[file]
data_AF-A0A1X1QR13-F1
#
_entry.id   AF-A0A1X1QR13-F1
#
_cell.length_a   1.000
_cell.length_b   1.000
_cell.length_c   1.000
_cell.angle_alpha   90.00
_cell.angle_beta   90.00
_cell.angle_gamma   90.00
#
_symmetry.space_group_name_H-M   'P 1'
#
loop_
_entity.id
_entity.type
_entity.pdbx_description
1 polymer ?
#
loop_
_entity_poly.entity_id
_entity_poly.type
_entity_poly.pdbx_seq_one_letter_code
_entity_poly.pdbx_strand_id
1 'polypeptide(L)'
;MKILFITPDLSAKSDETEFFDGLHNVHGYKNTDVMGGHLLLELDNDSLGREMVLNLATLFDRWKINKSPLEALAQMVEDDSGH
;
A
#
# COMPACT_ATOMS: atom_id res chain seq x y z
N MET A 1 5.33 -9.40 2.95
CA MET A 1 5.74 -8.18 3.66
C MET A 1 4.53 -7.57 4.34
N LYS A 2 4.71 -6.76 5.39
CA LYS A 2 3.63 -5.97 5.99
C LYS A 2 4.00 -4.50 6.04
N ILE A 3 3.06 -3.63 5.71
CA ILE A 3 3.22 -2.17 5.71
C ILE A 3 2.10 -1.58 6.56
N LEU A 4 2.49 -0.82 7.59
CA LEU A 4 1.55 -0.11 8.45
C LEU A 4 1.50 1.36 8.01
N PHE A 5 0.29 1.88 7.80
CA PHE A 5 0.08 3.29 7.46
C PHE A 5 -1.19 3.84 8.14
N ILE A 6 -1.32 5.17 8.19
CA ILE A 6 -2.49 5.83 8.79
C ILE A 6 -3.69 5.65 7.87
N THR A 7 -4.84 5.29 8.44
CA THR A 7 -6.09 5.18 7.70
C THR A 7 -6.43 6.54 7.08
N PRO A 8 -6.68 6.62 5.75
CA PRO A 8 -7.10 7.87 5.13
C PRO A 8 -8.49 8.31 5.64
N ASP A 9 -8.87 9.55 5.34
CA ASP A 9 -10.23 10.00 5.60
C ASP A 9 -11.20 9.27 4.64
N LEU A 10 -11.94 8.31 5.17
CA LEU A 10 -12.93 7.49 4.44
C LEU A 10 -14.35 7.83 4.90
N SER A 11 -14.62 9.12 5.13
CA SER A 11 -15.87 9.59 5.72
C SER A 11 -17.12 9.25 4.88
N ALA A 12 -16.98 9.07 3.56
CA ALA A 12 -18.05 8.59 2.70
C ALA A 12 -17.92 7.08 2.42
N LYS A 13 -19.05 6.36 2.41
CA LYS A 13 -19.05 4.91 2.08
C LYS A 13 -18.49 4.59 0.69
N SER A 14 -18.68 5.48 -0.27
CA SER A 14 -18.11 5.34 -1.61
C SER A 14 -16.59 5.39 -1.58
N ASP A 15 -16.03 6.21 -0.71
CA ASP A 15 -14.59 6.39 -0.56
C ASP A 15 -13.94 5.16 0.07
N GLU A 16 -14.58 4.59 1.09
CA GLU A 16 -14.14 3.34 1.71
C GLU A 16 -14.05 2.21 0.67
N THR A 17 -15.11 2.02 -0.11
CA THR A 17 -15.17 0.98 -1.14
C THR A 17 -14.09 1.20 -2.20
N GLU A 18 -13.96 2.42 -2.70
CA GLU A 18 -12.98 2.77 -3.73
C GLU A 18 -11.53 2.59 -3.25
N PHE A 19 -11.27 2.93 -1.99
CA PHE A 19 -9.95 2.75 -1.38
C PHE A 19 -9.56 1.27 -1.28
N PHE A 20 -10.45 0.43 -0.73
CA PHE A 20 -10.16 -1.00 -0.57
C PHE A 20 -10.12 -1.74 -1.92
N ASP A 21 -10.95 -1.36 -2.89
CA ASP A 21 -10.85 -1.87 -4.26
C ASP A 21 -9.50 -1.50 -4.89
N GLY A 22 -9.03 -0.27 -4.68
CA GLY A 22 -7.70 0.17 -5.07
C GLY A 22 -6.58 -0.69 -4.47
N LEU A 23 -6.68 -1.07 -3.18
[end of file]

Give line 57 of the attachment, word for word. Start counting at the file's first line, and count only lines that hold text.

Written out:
C ASP A 9 -11.20 9.27 4.64